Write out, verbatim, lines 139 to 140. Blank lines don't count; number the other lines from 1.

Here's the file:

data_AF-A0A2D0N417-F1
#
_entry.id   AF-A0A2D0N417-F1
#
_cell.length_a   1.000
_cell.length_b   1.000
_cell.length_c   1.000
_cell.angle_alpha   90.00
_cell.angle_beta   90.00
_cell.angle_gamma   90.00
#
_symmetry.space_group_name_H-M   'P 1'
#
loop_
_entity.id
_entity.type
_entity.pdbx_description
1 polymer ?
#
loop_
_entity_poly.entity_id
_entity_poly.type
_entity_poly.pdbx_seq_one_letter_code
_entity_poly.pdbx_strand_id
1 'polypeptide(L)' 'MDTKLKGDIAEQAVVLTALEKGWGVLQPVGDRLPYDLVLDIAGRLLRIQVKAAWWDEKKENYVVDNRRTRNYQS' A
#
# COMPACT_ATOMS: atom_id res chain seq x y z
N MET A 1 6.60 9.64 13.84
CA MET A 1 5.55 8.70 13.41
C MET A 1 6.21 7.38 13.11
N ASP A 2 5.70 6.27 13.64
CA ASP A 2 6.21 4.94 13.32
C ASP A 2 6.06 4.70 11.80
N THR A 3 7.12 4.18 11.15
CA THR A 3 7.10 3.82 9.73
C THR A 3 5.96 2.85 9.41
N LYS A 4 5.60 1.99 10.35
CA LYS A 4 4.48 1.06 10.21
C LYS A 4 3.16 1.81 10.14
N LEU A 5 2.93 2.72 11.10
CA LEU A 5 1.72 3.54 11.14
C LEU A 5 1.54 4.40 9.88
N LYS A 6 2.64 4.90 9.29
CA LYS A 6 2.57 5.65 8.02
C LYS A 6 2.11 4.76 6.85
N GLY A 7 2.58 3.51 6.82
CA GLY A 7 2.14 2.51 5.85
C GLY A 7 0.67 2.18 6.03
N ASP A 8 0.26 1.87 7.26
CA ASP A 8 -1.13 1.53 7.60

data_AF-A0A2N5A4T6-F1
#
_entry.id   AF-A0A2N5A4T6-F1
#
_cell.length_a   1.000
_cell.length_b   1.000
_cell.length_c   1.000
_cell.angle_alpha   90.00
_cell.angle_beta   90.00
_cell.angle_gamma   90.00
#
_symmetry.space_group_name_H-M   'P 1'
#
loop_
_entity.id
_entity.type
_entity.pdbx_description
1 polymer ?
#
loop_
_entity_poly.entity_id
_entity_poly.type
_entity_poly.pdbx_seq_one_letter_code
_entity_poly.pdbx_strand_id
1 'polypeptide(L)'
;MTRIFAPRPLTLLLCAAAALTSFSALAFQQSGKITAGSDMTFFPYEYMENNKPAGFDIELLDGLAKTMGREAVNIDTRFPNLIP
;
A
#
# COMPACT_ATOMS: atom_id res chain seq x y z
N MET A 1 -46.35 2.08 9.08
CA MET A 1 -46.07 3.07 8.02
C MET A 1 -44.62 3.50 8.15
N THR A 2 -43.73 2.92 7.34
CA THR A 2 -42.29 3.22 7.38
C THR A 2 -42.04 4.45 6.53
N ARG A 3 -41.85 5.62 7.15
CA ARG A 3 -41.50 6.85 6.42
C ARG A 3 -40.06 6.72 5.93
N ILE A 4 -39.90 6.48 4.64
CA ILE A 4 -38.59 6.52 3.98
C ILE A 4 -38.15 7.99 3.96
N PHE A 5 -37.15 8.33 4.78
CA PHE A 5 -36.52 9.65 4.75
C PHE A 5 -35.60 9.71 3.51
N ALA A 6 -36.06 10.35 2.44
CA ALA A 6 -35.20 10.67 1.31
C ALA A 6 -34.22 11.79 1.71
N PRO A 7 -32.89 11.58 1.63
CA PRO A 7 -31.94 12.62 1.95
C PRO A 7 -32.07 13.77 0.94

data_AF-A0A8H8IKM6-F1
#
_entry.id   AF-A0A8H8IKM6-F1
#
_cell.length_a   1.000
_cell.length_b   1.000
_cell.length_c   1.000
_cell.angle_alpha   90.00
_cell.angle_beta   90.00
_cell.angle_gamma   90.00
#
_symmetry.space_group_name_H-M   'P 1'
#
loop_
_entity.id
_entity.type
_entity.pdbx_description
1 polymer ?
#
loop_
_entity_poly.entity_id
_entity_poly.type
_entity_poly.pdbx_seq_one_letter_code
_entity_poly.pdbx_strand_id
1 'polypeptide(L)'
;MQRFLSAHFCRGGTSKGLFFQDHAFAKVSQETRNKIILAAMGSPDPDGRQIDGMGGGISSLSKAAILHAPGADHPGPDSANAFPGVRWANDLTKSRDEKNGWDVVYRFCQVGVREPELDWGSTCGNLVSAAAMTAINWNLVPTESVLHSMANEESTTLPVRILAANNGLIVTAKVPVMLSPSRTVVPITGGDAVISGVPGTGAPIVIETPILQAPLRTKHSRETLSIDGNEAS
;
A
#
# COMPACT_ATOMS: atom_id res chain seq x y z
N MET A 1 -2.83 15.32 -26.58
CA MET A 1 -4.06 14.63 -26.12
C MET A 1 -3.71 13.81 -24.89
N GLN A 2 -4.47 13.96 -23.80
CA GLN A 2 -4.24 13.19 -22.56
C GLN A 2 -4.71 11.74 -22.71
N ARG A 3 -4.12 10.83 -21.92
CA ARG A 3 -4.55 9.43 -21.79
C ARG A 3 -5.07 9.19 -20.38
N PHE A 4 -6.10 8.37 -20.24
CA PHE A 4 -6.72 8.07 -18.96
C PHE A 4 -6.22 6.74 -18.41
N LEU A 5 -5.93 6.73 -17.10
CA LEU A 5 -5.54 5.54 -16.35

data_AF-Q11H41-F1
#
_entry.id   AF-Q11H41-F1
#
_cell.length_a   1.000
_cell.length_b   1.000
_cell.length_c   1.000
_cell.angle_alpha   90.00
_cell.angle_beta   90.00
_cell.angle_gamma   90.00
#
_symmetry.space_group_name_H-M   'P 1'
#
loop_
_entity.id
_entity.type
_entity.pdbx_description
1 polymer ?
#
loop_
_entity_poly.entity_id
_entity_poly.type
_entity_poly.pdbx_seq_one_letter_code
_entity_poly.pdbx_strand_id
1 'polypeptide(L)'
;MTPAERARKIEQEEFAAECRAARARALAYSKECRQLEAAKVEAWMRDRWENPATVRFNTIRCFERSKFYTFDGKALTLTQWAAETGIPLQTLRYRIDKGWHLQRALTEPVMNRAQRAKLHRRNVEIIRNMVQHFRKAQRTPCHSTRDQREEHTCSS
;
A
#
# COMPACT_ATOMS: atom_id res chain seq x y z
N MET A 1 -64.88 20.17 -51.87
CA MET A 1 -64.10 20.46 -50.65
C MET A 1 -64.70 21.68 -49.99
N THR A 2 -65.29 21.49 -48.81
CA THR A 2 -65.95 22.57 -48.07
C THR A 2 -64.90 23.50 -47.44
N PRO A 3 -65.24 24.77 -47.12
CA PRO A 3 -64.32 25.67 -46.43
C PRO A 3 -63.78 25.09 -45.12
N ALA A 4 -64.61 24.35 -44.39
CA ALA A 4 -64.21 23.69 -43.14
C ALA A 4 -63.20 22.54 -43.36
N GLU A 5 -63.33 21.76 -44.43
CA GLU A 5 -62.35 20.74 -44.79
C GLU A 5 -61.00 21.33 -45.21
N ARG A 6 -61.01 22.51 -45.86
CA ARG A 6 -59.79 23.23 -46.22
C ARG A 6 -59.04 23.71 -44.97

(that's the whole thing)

CA ARG A 3 -4.55 9.43 -21.79
C ARG A 3 -5.07 9.19 -20.38